Bulletin of the World Health Organization

The Medicines Quality Database: a free public resource

Laura A Krech a, Latifa El-Hadri a, Lawrence Evans a, Tom Fouche b, Mustapha Hajjou a, Patrick Lukulay a, Souly Phanouvong a, Victor Pribluda a & Lukas Roth a

a. United States Pharmacopeia, Promoting the Quality of Medicines/Global Health, 12601 Twinbrook Parkway, Rockville, MD 20852–1790, United States of America (USA).
b. Georgetown University, Washington, USA.

Correspondence to Laura A Krech (e-mail: krechla@aya.yale.edu).

Bulletin of the World Health Organization 2014;92:2-2A. doi: http://dx.doi.org/10.2471/BLT.13.130526

The availability of poor quality medicines – i.e. medicinal products that are substandard, spurious, falsely labelled, falsified or counterfeit, as defined by the World Health Organization (WHO) – has become an issue of public health concern. Such medicines can jeopardize patient safety, lead to treatment failure and to the development of drug resistance1,2 and represent a waste of financial resources.3

The problem of poor quality medicines is particularly widespread and potentially more devastating in low-income countries.47 It is therefore extremely important to strengthen such countries’ capacity for quality assurance (QA) and quality control (QC) of medicines. However, many low-income countries lack the resources to develop appropriate regulatory frameworks and the necessary QA and QC systems.7

In addition to good QC, public, transparent access to reliable state, regional and global data on the quality of medicines is also a necessity.8 To fulfil this need, in 2011 the Promoting the Quality of Medicines (PQM) programme – funded by the United States Agency for International Development (USAID) and implemented by the United States Pharmacopeial Convention (USP) – introduced the Medicines Quality Database (MQDB). The public and freely accessible online tool that tracks medicines tested for quality in selected countries in Africa, Latin America and south-eastern Asia is available at: http://www.usp.org/around-world/pqm-uspusaid/medicines-quality-database-mqdb

A unique feature of the MQDB is that the protocols used to gather data for the sampling and analysis of the medicines follow standard guidelines.911 This makes the data comparable across countries and enhances their technical quality, validity and reliability. In addition, all records are thoroughly evaluated by PQM staff for completeness and accuracy before being included in the MQDB. Only one individual is authorized to input data. MQDB data, which are updated approximately twice a year, are meant to be shared among national regulatory authorities, manufacturers, international health and development agencies, nongovernmental organizations, academics, researchers and programmes involved in the procurement and management of medicines. Most of the medicines in the MQDB are listed in the WHO Model List of Essential Medicines, are relevant to national health programmes in countries receiving USAID assistance and are used to treat endemic diseases, such as malaria and tuberculosis.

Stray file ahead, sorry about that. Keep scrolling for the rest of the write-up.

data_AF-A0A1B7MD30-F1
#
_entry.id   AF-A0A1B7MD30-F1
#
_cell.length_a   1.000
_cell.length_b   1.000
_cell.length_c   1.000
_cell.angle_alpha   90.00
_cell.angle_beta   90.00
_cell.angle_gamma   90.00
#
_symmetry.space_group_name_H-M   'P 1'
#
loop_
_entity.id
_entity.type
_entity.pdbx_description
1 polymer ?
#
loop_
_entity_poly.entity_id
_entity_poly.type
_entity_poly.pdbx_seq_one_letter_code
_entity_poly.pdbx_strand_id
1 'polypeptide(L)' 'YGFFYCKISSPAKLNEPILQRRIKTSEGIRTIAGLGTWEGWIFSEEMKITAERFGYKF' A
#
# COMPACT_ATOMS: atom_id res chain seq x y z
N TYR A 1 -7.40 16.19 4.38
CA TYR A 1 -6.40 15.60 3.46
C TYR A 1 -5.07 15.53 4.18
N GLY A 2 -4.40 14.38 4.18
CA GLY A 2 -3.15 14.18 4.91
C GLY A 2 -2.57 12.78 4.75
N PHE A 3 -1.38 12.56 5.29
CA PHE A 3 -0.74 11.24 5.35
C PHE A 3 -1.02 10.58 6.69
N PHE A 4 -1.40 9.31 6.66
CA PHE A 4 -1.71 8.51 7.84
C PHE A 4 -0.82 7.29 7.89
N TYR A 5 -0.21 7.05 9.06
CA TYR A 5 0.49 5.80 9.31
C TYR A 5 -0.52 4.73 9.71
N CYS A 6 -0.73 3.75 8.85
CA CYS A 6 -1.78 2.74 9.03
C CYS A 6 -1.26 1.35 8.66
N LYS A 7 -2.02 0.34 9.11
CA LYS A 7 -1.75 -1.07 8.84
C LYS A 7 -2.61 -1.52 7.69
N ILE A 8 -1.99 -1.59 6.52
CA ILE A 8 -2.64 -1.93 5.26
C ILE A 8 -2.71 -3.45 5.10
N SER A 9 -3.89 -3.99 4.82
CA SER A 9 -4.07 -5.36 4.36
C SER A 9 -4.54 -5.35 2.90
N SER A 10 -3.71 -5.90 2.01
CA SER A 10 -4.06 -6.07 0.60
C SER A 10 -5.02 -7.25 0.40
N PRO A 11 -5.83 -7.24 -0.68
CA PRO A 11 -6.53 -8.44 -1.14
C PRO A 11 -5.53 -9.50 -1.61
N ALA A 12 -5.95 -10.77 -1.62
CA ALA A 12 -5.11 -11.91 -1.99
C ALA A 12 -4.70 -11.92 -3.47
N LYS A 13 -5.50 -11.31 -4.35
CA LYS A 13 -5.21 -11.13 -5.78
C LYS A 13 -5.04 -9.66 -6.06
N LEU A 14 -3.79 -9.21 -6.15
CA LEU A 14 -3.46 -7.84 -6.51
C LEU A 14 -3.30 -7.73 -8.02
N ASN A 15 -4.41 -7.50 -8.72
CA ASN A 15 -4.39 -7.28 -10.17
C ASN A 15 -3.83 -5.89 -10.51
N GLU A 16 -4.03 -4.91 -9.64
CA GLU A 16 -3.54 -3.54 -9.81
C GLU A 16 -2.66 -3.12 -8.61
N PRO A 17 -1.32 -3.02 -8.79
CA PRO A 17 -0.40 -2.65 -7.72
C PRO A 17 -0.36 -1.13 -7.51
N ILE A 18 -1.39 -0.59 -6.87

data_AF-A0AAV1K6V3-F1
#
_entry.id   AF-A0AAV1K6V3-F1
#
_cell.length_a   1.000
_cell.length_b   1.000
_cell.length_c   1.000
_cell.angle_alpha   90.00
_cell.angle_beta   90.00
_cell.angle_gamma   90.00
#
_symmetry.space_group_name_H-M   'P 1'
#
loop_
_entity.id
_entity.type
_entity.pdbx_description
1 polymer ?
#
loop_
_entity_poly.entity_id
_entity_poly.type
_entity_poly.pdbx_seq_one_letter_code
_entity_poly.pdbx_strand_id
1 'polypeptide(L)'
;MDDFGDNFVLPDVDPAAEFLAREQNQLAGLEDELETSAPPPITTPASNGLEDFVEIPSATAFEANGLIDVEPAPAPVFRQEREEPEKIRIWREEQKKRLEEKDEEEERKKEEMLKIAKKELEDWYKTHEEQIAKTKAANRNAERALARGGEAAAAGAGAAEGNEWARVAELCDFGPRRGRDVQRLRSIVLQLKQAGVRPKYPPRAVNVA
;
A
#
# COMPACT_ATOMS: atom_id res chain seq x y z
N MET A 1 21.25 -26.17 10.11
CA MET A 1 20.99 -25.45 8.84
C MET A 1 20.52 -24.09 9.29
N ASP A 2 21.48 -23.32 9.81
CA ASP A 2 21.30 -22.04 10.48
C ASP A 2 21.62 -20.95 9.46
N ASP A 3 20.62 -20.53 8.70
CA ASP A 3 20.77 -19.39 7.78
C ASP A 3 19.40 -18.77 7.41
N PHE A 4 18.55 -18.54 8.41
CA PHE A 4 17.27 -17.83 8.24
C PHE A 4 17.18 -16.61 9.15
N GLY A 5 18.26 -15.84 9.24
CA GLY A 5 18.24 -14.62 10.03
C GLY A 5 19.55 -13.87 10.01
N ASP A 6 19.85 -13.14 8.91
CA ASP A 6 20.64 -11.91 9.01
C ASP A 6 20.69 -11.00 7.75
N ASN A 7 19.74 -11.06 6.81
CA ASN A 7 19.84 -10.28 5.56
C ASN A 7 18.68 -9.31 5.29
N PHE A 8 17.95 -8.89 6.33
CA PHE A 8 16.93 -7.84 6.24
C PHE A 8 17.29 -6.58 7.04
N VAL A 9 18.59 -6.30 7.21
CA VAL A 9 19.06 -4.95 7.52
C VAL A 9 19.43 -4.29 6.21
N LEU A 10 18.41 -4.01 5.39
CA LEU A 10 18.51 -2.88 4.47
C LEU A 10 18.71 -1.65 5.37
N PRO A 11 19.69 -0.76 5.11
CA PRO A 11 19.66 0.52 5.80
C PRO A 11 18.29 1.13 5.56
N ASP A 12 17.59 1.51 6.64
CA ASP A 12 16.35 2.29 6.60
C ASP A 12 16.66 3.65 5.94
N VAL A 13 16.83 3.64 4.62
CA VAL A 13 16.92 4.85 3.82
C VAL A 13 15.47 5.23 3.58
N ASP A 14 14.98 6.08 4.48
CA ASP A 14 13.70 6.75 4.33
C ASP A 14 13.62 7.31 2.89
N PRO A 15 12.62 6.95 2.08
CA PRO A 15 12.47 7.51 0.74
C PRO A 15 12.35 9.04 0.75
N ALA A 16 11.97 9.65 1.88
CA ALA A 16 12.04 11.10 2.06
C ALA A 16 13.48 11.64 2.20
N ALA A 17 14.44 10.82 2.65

The medicines are collected from outlets in the public, private and informal sectors (i.e. unlicensed facilities). They are monitored following standardized procedures or undergo testing either in the country's official medicine control laboratory (OMCL) or in other accredited laboratories.12

Currently, the MQDB contains over 13 000 records of medicines collected and tested from 12 countries: Cambodia, Colombia, Ecuador, Ghana, Guyana, Kenya, the Lao People's Democratic Republic, Mozambique, Peru, the Philippines, Thailand and Viet Nam. The relevant authorities of the participating countries reviewed the accuracy of the data and approved its inclusion in the MQDB, which can be searched by geographical location (region, country, province); year of sampling; facility from which samples were collected, organized by facility sector (public, private, informal) and type (pharmacy, hospital, clinic); medicine information (product name; manufacturer’s name; therapeutic indication; active pharmaceutical ingredient; dosage form; lot number); quality test results (pass, fail); and counterfeit status (yes or no), which depends on the legal definition of each country. Not all medicines collected and screened in the initial field testing, particularly those that passed the quality test, were sent for confirmatory analysis at a country’s OMCL. The search tool allows the user to generate various reports on the medicines collected and their quality.

Some aspects of the MQDB, especially its user functionality and appearance, need to be improved. These issues are being addressed but funding is scarce. There are also plans to add a mapping feature that pinpoints the exact location from which a medicine was collected.

Since its public launch in 2011, the MQDB has been extensively consulted. The stringent data collection process, the standardization of procedures and protocols, and the thorough screening of results generate confidence in the quality of the data and make the tool unique among others of its kind.

By providing free and public access to medicine quality data, the MQDB helps country authorities to act swiftly in conducting investigations and in withdrawing poor quality medicines from the market.


References

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